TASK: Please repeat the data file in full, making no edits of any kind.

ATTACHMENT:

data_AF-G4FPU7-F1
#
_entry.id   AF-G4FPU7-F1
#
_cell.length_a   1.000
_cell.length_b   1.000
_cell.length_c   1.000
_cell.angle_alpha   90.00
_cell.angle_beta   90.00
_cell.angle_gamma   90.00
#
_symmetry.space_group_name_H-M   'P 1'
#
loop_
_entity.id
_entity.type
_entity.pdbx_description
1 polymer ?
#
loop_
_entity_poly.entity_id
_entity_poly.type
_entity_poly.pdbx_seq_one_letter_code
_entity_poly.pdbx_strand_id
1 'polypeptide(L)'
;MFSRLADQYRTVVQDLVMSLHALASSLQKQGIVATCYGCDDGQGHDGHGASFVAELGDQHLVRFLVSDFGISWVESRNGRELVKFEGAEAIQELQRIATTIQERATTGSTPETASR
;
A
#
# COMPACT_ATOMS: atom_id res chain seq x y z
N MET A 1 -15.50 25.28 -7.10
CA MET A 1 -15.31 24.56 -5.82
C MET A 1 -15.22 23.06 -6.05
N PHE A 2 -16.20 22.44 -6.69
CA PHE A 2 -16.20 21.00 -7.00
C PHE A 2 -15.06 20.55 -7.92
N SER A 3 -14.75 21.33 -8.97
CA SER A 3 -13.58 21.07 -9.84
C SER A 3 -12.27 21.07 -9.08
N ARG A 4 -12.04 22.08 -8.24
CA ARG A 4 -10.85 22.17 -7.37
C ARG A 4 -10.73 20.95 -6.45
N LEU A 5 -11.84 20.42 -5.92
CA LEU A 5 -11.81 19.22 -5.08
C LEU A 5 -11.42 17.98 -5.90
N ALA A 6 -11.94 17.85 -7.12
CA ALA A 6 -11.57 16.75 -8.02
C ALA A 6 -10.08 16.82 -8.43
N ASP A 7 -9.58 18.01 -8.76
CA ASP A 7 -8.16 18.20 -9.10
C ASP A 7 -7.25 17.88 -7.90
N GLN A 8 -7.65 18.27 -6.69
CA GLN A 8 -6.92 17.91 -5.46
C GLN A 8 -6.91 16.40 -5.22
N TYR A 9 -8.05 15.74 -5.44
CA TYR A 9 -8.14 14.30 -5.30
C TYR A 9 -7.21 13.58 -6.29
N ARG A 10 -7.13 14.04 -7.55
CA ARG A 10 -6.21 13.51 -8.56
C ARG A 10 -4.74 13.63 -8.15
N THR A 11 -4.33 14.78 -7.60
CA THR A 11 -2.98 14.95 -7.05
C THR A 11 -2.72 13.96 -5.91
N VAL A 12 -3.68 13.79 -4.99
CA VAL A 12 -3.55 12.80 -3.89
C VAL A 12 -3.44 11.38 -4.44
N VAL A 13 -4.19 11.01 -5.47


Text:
data_AF-G4FPU7-F1
#
_entry.id   AF-G4FPU7-F1
#
_cell.length_a   1.000
_cell.length_b   1.000
_cell.length_c   1.000
_cell.angle_alpha   90.00
_cell.angle_beta   90.00
_cell.angle_gamma   90.00
#
_symmetry.space_group_name_H-M   'P 1'
#
loop_
_entity.id
_entity.type
_entity.pdbx_description
1 polymer ?
#
loop_
_entity_poly.entity_id
_entity_poly.type
_entity_poly.pdbx_seq_one_letter_code
_entity_poly.pdbx_strand_id
1 'polypeptide(L)'
;MFSRLADQYRTVVQDLVMSLHALASSLQKQGIVATCYGCDDGQGHDGHGASFVAELGDQHLVRFLVSDFGISWVESRNGRELVKFEGAEAIQELQRIATTIQERATTGSTPETASR
;
A
#
# COMPACT_ATOMS: atom_id res chain seq x y z
N MET A 1 -15.50 25.28 -7.10
CA MET A 1 -15.31 24.56 -5.82
C MET A 1 -15.22 23.06 -6.05
N PHE A 2 -16.20 22.44 -6.69
CA PHE A 2 -16.20 21.00 -7.00
C PHE A 2 -15.06 20.55 -7.92
N SER A 3 -14.75 21.33 -8.97
CA SER A 3 -13.58 21.07 -9.84
C SER A 3 -12.27 21.07 -9.08
N ARG A 4 -12.04 22.08 -8.24
CA ARG A 4 -10.85 22.17 -7.37
C ARG A 4 -10.73 20.95 -6.45
N LEU A 5 -11.84 20.42 -5.92
CA LEU A 5 -11.81 19.22 -5.08
C LEU A 5 -11.42 17.98 -5.90
N ALA A 6 -11.94 17.85 -7.12
CA ALA A 6 -11.57 16.75 -8.02
C ALA A 6 -10.08 16.82 -8.43
N ASP A 7 -9.58 18.01 -8.76
CA ASP A 7 -8.16 18.20 -9.10
C ASP A 7 -7.25 17.88 -7.90
N GLN A 8 -7.65 18.27 -6.69
CA GLN A 8 -6.92 17.91 -5.46
C GLN A 8 -6.91 16.40 -5.22
N TYR A 9 -8.05 15.74 -5.44
CA TYR A 9 -8.14 14.30 -5.30
C TYR A 9 -7.21 13.58 -6.29
N ARG A 10 -7.13 14.04 -7.55
CA ARG A 10 -6.21 13.51 -8.56
C ARG A 10 -4.74 13.63 -8.15
N THR A 11 -4.33 14.78 -7.60
CA THR A 11 -2.98 14.95 -7.05
C THR A 11 -2.72 13.96 -5.91
N VAL A 12 -3.68 13.79 -4.99
CA VAL A 12 -3.55 12.80 -3.89
C VAL A 12 -3.44 11.38 -4.44
N VAL A 13 -4.19 11.01 -5.47